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An expert offers a set of rules that will help managers achieve dramatic improvements in operations performance.

In recent years, management gurus have urged businesses to adopt such strategies as just-in-time, lean manufacturing, offshoring, and frequent deliveries to retail outlets. But today, these much-touted strategies may be risky. Global financial turmoil, rising labor costs in developing countries, and huge volatility in the price of oil and other commodities can disrupt a company's entire supply chain and threaten its ability to compete. In Operations Rules, David Simchi-Levi identifies the crucial element in a company's success: the link between the value it provides its customers and its operations strategies. And he offers a set of scientifically and empirically based rules that management can follow to achieve a quantum leap in operations performance.

Flexibility, says Simchi-Levi, is the single most important capability that allows firms to innovate in their operations and supply chain strategies. A small investment in flexibility can achieve almost all the benefits of full flexibility. And successful companies do not all pursue the same strategies. Amazon and Wal-Mart, for example, are direct competitors but each focuses on a different market channel and provides a unique customer value proposition—Amazon, large selection and reliable fulfillment; Wal-Mart, low prices—that directly aligns with its operations strategy. Simchi-Levi's rules—regarding such issues as channels, price, product characteristics, value-added service, procurement strategy, and information technolog—-transform operations and supply chain management from an undertaking based on gut feeling and anecdotes to a science.

Over the past two decades, not only has supply chain analysis become a strategic focus of leading firms, it has also spawned an impressive array of research that brings together diverse research communities. Adding to this diversity and intellectual energy is the emergence of E-Business. E-Business creates new competitive dimensions that are fast-paced, ever-changing, and risk-prone, dimensions where innovation, speed, and technological savvy often define success. Most importantly, E-Business challenges the premises and expands the scope of supply chain analysis. The Handbook is a comprehensive research reference that is essential for anyone interested in conducting research in supply chain. Unique features include:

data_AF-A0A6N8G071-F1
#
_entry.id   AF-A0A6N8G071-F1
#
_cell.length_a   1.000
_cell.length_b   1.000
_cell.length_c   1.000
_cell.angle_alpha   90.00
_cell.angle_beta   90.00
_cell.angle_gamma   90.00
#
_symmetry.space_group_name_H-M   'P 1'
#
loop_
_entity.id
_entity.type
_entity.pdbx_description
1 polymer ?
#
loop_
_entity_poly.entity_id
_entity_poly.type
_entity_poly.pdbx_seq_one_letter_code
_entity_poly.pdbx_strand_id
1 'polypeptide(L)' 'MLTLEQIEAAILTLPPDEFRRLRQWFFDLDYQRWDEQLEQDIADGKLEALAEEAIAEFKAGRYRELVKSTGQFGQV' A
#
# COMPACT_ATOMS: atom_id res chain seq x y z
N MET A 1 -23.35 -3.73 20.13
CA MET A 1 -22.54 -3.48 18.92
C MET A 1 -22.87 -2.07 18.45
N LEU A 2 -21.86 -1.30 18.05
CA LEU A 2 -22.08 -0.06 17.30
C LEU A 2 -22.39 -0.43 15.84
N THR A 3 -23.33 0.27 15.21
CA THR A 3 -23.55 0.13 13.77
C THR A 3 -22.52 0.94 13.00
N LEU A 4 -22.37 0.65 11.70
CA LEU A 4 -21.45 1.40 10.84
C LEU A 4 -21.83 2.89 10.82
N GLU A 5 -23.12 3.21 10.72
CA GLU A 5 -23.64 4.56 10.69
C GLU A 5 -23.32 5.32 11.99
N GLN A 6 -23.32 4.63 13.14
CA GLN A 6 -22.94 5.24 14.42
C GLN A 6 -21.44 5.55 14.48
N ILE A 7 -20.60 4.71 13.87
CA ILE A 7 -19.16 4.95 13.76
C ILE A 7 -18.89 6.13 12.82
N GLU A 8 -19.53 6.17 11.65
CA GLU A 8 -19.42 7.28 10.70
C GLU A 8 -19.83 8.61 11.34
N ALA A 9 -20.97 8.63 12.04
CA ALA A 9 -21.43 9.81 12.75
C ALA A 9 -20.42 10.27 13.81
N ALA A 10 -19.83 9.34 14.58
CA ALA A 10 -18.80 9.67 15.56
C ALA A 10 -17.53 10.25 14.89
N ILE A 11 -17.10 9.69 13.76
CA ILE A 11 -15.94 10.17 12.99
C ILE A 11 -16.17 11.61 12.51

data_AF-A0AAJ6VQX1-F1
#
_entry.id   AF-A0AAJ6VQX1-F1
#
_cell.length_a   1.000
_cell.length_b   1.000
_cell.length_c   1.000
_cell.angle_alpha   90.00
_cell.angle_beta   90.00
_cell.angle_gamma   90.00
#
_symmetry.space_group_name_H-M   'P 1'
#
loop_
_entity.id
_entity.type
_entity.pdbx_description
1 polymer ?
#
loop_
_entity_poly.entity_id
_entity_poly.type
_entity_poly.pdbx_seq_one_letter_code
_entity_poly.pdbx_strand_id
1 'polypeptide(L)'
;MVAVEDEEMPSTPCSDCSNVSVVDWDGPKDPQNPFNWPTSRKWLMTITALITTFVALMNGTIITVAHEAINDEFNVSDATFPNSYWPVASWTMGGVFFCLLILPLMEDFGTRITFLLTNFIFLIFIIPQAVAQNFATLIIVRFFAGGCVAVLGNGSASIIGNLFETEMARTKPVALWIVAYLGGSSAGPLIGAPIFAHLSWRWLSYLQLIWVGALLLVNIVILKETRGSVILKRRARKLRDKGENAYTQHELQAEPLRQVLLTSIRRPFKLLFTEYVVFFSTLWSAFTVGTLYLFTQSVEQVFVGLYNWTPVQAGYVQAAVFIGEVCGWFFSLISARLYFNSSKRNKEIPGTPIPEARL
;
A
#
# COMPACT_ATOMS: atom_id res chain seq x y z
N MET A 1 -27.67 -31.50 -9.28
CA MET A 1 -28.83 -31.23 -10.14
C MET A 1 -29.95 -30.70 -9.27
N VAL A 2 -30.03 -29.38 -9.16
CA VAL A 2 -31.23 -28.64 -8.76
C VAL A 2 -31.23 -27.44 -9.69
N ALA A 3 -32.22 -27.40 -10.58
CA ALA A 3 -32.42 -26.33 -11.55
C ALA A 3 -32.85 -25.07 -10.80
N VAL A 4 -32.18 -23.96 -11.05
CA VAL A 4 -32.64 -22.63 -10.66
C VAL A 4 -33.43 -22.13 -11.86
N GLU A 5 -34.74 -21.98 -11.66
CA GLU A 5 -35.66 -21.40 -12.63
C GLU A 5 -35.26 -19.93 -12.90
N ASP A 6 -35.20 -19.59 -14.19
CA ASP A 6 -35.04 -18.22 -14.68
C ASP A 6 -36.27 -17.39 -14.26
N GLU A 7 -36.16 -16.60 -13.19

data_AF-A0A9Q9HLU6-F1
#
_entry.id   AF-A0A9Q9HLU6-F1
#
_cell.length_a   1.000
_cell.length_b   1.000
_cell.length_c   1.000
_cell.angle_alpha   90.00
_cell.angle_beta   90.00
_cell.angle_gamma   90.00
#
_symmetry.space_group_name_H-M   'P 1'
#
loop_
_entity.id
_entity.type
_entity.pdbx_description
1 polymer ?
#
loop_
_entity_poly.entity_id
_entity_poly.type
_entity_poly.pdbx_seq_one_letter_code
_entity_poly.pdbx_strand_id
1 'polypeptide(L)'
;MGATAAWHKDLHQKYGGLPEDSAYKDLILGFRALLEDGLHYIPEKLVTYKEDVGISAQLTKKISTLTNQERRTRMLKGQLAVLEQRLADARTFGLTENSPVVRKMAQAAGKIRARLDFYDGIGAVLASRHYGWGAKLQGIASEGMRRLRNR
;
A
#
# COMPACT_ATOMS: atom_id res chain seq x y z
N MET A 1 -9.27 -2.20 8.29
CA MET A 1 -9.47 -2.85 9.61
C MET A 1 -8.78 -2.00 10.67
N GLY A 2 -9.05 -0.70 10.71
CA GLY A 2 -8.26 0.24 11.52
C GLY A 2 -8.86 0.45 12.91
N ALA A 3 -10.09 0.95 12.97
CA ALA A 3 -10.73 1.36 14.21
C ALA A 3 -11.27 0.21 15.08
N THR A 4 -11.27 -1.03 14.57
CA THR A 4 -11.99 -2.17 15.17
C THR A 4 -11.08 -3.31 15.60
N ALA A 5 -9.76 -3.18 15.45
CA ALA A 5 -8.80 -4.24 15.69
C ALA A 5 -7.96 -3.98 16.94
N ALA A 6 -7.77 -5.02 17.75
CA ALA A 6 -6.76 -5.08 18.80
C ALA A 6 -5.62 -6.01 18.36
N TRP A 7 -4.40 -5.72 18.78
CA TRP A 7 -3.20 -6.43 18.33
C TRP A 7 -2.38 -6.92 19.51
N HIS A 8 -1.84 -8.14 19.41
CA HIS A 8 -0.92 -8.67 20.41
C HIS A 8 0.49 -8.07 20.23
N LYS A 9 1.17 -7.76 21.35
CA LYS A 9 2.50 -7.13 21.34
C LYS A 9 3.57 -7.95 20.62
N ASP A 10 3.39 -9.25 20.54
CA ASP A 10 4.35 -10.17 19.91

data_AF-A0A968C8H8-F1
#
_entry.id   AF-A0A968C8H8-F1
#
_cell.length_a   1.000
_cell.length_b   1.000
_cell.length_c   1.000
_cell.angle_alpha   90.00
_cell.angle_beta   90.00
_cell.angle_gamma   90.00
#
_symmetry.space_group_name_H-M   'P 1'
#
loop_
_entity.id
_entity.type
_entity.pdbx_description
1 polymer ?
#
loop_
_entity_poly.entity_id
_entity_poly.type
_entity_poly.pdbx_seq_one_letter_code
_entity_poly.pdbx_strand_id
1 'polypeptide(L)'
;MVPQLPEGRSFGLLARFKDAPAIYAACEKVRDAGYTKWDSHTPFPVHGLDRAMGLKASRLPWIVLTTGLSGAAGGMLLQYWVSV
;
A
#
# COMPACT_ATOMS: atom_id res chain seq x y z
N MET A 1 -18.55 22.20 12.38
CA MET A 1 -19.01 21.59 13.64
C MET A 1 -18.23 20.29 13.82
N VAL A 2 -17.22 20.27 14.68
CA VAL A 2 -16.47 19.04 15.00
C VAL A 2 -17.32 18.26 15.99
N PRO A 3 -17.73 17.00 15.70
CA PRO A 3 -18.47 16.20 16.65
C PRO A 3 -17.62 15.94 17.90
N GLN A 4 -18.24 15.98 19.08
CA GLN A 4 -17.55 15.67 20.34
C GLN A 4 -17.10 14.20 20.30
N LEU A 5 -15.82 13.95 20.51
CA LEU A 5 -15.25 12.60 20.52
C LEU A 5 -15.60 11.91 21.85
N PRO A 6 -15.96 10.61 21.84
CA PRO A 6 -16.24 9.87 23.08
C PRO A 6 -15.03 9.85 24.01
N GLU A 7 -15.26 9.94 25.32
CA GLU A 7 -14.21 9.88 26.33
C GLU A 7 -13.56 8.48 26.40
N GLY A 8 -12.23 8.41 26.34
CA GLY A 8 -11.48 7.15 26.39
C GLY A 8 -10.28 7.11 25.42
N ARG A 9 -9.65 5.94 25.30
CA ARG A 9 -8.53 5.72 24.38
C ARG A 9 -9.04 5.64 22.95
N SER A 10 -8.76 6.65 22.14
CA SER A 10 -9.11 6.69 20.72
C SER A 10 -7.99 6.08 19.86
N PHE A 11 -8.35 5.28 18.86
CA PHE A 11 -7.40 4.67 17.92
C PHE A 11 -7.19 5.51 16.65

-A focus on the intersection of quantitative supply chain analysis and E-Business,
-Unlike other edited volumes in the supply chain area, this is a handbook rather than a collection of research papers. Each chapter was written by one or more leading researchers in the area. These authors were invited on the basis of their scholarly expertise and unique insights in a particular sub-area,
-As much attention is given to looking back as to looking forward. Most chapters discuss at length future research needs and research directions from both theoretical and practical perspectives,
-Most chapters describe in detail the quantitative models used for analysis and the theoretical underpinnings; many examples and case studies are provided to demonstrate how the models and the theoretical insights are relevant to real situations,
-Coverage of most state-of-the-art business practices in supply chain management.

Audience: This volume is suitable for researchers, faculty, graduate students, and practitioners in the following areas: supply chain management, operations research, management science, decision science, industrial engineering, operations management, civil engineering/transportation, logistics management, risk management, applied mathematics, economics, computer science, industrial management, and other related areas.

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